|System: DS||Review Rating Legend|
|Dev: Image Epoch||1.0 - 1.9 = Avoid||4.0 - 4.4 = Great|
|Pub: Atlus||2.0 - 2.4 = Poor||4.5 - 4.9 = Must Buy|
|Release: Nov. 18, 2008||2.5 - 2.9 = Average||5.0 = The Best|
|Players: 1 (2 online)||3.0 - 3.4 = Fair|
|ESRB Rating: Teen||3.5 - 3.9 = Good|
by Jason Lauritzen
The recent Valkyria Chronicles for the PS3 demonstrated that genuine innovation can take place in the strategy RPG field and rejuvenate interest in the genre. Even though that game did a lot new like doing away with grids it still showed its strategy roots.
So, while there is no checkerboard design laying out characters movements, the principle of limited mobility, which encourages properly executed plans of action, was still there; it was just tucked beneath a more elegant surface.
Why bring up Valkyria Chronicles? Well, if it was an example of how to push a genre forward, then Luminous Arc 2 is its antithesis. Luminous Arc 2 is a strategy title with no grand ambitions. It simply sticks with grids, a generic magic-filled story, and a Final Fantasy Tactics-like layout for battles. However, instead of these qualities coming off as negative in any sense, they're the exact opposite. Everything is done well enough that Luminous Arc 2 feels sort of like comfort gaming a title whose charm and well-executed mechanics outweigh its conventional gameplay.
Like many a fantasy RPG, Luminous Arc 2 sticks to a very customary story. Roland, a knight in training and his two friends Rasche, a fellow knight and Rina, an archer get caught up in a conflict between magic associations over the proper use of their bewitched abilities. The Rev Magic Association has noble intentions, seeking to only use magic to beat back the onslaught of Fiends - the game's evil beasts - whereas a rogue group, led by the Shadow Frost Witch, has more sinister aims. Early on, Roland's hand binds with the Runic Engine, a piece of technology that allows him to harness magical powers and become a Rune Knight. Since the Runic Engine is paired to him, he promptly goes from zero to hero and it's up to him and his rag-tag group of friends to stop the conflict at hand.
Those familiar with Final Fantasy Tactics will find themselves right at home with Luminous Arc 2's combat system. All battles take place on a limited, sprite-based set of grids. Typical expectations like attacks from greater heights netting more damage and side and back hits being more effective than straight ahead blows are all there. Character order is displayed along the top of the screen, so you can keep a tab on the flow of battle and possible move and attack options are laid out ahead of time. You can also preview the damage of a particular attack beforehand as well as get an idea of whether or not the attack will hit or miss (measured via a hit percentage). These guesstimates are fairly accurate, making the feature necessary for later battles where every strike counts.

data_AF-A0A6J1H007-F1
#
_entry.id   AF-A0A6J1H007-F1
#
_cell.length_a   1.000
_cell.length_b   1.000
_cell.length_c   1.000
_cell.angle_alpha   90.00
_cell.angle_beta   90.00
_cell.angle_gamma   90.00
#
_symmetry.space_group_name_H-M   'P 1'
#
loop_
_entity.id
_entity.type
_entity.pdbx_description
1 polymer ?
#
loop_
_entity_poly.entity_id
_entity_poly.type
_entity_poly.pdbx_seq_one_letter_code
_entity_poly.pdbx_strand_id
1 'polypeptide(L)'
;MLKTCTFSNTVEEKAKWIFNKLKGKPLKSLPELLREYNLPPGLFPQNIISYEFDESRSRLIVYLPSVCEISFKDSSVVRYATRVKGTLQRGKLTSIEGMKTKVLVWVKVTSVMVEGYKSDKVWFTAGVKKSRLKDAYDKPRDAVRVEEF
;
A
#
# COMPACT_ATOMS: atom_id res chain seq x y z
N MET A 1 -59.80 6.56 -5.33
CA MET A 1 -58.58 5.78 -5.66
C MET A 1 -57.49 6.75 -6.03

Even though that all sounds very expected (and it all works well), there are some things Luminous Arc 2 does that sets it apart. First, there's Rolands Runic Engine. Alone, it has no effect in battle, but whenever there is a witch in your party, Roland can use an ability called Engagement to pair his engine with a witch's magic, giving him new abilities and spells. For example, if Althea a fire witch is in your party, when Roland enables Engagement he'll get a set of fire-charged attacks. However, should Roland's witch partner die, then he'll lose those abilities. The decision to tie Roland's battle capacity to his witch partner's constitution adds a layer of depth, encouraging you to look after particular characters and think carefully before launching headfirst into battle.
The Drive Points (DP) meter also breaths some distinct life into Luminous Arc 2. Every time you execute a successful action whether it's hitting an enemy or healing a party member your character gains DP, which can fill up to three blue bars. Once you have DP, you have two decisions you can make. DP can be used to enhance actions for example, it can power-up attacks or make potions more effective or it can be continually stored until you have enough DP to execute a Flash Drive. These Flash Drives can be thought of as Limit Breakers, allowing your characters to unleash a super powerful move. Making DP a limited commodity is a great decision, as it gives greater weight to your actions.
Even with all the smart design choices on display, there are some significant pitfalls. One comes from the way experience is divvied out to your party. It's not spread out in a collective manner; instead, characters gain experience by the individual actions. So, every time a particular characters does something like making a successful attack they get their own set of experience points. Okay, no problem so far, but the characters that score the killing blow of an opponent get a significantly higher amount of points. This can lead to problems where you widdle down an opponent's health with, say, an archer, giving the archer about 9 experience points, but then the final blow goes to a knight, giving him 33 experience points. It results in level discrepancies among your characters pretty quickly. There also is a nagging problem where many battles allow the computer to keep calling in reinforcements. This can turn quick, tactical affairs into drawn out, frustrating play sessions.